The state of the trade war – who will be the winners and losers?
The ongoing US-China trade war has been epic for both generating headlines and creating needless headaches for companies involved in international trade. While a phase one deal may have been agreed, the squabbling has not come without damage. The sheer size of the US and Chinese economies ensures that the stakes are high. Together they constitute almost two-fifths of global GDP. Trade between the two countries has dropped $84 billion and counting since the trade war started.
Initially intended to push for structural change, Trump has succeeded in barely moving the needle in terms of putting the US in better economic position. The ripple effects have spread worldwide, and it will take some time for global economies spring back into action.
Even if all tariffs were erased today, long-term tensions between China and the US will remain in the areas of economic fair play, national security and human rights. Further, the conflict has shed light on major shifts in the global trade landscape: heightened volatility for companies, supply chain diversification, and a revised view of globalism.
The phase one truce has calmed economic jitters worldwide, at least for the time being. This alone is expected to increase global GDP by at least half a point. The conflict has created uncertainty in all regions of the world, which weighs on confidence, and therefore future investment.
US business investment trended down in 2019 and a recent Duke University survey reported that 56% of US CFOs are preparing for a recession in 2020. That means pulling back on spending and hoarding cash.
One way to remove the uncertainty of a capricious tariff war is for both countries to diversify their markets. US companies have ramped up their sourcing from a broader range of countries including Vietnam, India, Malaysia, Mexico and Thailand.
There’s a huge amount of work involved when a business decides to move its supply chains. Shifting to a new supplier goes far beyond making sure they can deliver the right products to the right specifications. New business relationships have to start from scratch and run credit checks, reroute logistics and arrange financing. This can be particularly difficult if an importer is purchasing from a new country that its bank may not support.
Likewise, China has sought to diversify as well, turning toward growing Asian markets in particular. The Trans-Pacific Partnership trade pact is expected to play a big role in boosting intra-Asia trade. The region is expected to account for 40% of global trade flows by 2027, up from its 34% share in 2010.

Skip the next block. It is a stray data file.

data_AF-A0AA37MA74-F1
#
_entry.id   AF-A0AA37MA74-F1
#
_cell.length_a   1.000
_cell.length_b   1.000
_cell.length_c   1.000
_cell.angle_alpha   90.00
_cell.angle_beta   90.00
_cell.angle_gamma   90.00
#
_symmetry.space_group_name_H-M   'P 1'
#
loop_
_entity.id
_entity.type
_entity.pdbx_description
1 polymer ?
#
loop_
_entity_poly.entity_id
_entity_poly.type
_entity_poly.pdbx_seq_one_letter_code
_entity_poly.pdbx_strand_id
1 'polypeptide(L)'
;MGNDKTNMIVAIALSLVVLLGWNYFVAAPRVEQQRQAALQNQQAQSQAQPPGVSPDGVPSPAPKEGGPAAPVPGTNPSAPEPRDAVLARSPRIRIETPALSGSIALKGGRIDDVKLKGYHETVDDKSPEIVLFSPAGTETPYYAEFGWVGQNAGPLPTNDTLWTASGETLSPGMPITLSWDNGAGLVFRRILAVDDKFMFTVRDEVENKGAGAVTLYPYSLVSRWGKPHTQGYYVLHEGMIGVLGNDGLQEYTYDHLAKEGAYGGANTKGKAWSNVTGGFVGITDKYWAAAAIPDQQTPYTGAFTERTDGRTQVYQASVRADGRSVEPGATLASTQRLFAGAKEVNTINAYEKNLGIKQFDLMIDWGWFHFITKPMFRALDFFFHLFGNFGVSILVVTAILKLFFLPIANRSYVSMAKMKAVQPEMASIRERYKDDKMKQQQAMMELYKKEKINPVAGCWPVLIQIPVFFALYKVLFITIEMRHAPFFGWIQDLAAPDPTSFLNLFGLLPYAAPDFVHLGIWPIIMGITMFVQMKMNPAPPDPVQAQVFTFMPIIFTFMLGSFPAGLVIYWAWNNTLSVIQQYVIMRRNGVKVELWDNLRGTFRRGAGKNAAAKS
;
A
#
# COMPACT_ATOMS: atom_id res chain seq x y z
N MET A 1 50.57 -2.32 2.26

Long-term, the decoupling of the US and China could make both economies less prone to shocks and rebalance the flow of global trade. It would also lessen both country’s ability to use economic power as a political tool.
The current geopolitical climate, where national interests are at the forefront such as Trump’s “America first” diplomacy and Brexit, has put globalisation in the spotlight. But globalism is not going to go away. And it’s bigger than simply trade.
We live in a global world where goods, technology and money flow across borders. Companies rely on international markets for growth. For example, 56% of market value of the world’s largest 500 companies is from their international operations.
There have always been “rules of the game” for our global interactions but I expect that today’s retreat from globalism will make things more complex. Multi-country trade pacts are being abandoned in favour of one-on-one agreements. Trump has put new countries (Argentina, Brazil and France) on his tariff radar, and the US has essentially neutered the World Trade Organisation (WTO) as a governing body for global trade disputes.
International trade will stay complicated, as this era of trade spats and the volatility they bring is only going to get worse. This is good news for trade experts such as Stenn.
In the end we will see who the real winners and losers are. I suspect Asian countries such as Vietnam, India, Malaysia, Cambodia and Philippines will rise as winners, while the US will become a net loser as it loses economic and political power.
By Dr. Kerstin Braun, President of Stenn
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